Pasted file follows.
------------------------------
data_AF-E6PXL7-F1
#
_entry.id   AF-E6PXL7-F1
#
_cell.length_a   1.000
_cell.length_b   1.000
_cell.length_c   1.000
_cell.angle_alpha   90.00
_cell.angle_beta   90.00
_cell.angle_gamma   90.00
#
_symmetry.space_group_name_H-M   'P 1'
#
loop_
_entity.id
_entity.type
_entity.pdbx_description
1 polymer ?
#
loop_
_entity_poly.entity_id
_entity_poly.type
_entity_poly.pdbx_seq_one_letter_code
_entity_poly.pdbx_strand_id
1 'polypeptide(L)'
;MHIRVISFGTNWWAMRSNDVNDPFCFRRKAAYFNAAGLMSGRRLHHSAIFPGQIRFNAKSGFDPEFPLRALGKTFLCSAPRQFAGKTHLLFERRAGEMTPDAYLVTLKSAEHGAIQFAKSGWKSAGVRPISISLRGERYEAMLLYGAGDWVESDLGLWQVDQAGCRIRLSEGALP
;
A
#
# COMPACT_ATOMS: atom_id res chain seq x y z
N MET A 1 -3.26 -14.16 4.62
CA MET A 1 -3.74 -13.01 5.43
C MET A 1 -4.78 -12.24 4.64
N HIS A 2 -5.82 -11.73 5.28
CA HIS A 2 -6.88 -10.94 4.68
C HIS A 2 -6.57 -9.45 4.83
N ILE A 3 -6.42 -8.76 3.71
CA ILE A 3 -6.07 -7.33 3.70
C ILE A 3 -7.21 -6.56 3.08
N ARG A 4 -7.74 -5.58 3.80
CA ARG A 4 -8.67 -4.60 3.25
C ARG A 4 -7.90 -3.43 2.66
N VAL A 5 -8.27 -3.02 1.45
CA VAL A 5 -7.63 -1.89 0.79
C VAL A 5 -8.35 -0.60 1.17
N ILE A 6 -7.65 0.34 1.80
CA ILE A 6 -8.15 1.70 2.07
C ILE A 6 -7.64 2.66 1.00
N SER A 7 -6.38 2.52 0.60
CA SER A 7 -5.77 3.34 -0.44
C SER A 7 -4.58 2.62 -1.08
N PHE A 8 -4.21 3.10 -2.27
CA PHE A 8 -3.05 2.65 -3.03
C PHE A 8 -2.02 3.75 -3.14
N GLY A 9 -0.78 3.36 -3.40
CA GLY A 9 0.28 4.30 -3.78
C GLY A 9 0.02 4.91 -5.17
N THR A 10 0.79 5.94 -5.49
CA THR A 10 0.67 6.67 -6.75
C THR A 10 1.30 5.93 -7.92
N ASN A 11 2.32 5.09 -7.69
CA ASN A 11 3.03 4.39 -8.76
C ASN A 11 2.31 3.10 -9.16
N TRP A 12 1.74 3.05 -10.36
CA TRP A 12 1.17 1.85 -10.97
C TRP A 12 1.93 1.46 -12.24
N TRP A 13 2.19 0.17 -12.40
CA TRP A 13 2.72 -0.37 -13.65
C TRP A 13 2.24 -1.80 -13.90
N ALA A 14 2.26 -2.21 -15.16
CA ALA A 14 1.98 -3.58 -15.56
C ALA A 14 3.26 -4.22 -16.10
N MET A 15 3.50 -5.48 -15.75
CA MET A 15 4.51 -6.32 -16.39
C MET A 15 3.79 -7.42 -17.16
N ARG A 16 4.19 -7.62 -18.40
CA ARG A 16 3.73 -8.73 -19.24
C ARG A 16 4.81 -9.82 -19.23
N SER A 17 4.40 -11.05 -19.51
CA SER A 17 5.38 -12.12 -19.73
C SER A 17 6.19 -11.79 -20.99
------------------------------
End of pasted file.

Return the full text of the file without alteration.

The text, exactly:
data_AF-E6PXL7-F1
#
_entry.id   AF-E6PXL7-F1
#
_cell.length_a   1.000
_cell.length_b   1.000
_cell.length_c   1.000
_cell.angle_alpha   90.00
_cell.angle_beta   90.00
_cell.angle_gamma   90.00
#
_symmetry.space_group_name_H-M   'P 1'
#
loop_
_entity.id
_entity.type
_entity.pdbx_description
1 polymer ?
#
loop_
_entity_poly.entity_id
_entity_poly.type
_entity_poly.pdbx_seq_one_letter_code
_entity_poly.pdbx_strand_id
1 'polypeptide(L)'
;MHIRVISFGTNWWAMRSNDVNDPFCFRRKAAYFNAAGLMSGRRLHHSAIFPGQIRFNAKSGFDPEFPLRALGKTFLCSAPRQFAGKTHLLFERRAGEMTPDAYLVTLKSAEHGAIQFAKSGWKSAGVRPISISLRGERYEAMLLYGAGDWVESDLGLWQVDQAGCRIRLSEGALP
;
A
#
# COMPACT_ATOMS: atom_id res chain seq x y z
N MET A 1 -3.26 -14.16 4.62
CA MET A 1 -3.74 -13.01 5.43
C MET A 1 -4.78 -12.24 4.64
N HIS A 2 -5.82 -11.73 5.28
CA HIS A 2 -6.88 -10.94 4.68
C HIS A 2 -6.57 -9.45 4.83
N ILE A 3 -6.42 -8.76 3.71
CA ILE A 3 -6.07 -7.33 3.70
C ILE A 3 -7.21 -6.56 3.08
N ARG A 4 -7.74 -5.58 3.80
CA ARG A 4 -8.67 -4.60 3.25
C ARG A 4 -7.90 -3.43 2.66
N VAL A 5 -8.27 -3.02 1.45
CA VAL A 5 -7.63 -1.89 0.79
C VAL A 5 -8.35 -0.60 1.17
N ILE A 6 -7.65 0.34 1.80
CA ILE A 6 -8.15 1.70 2.07
C ILE A 6 -7.64 2.66 1.00
N SER A 7 -6.38 2.52 0.60
CA SER A 7 -5.77 3.34 -0.44
C SER A 7 -4.58 2.62 -1.08
N PHE A 8 -4.21 3.10 -2.27
CA PHE A 8 -3.05 2.65 -3.03
C PHE A 8 -2.02 3.75 -3.14
N GLY A 9 -0.78 3.36 -3.40
CA GLY A 9 0.28 4.30 -3.78
C GLY A 9 0.02 4.91 -5.17
N THR A 10 0.79 5.94 -5.49
CA THR A 10 0.67 6.67 -6.75
C THR A 10 1.30 5.93 -7.92
N ASN A 11 2.32 5.09 -7.69
CA ASN A 11 3.03 4.39 -8.76
C ASN A 11 2.31 3.10 -9.16
N TRP A 12 1.74 3.05 -10.36
CA TRP A 12 1.17 1.85 -10.97
C TRP A 12 1.93 1.46 -12.24
N TRP A 13 2.19 0.17 -12.40
CA TRP A 13 2.72 -0.37 -13.65
C TRP A 13 2.24 -1.80 -13.90
N ALA A 14 2.26 -2.21 -15.16
CA ALA A 14 1.98 -3.58 -15.56
C ALA A 14 3.26 -4.22 -16.10
N MET A 15 3.50 -5.48 -15.75
CA MET A 15 4.51 -6.32 -16.39
C MET A 15 3.79 -7.42 -17.16
N ARG A 16 4.19 -7.62 -18.40
CA ARG A 16 3.73 -8.73 -19.24
C ARG A 16 4.81 -9.82 -19.23
N SER A 17 4.40 -11.05 -19.51
CA SER A 17 5.38 -12.12 -19.73
C SER A 17 6.19 -11.79 -20.99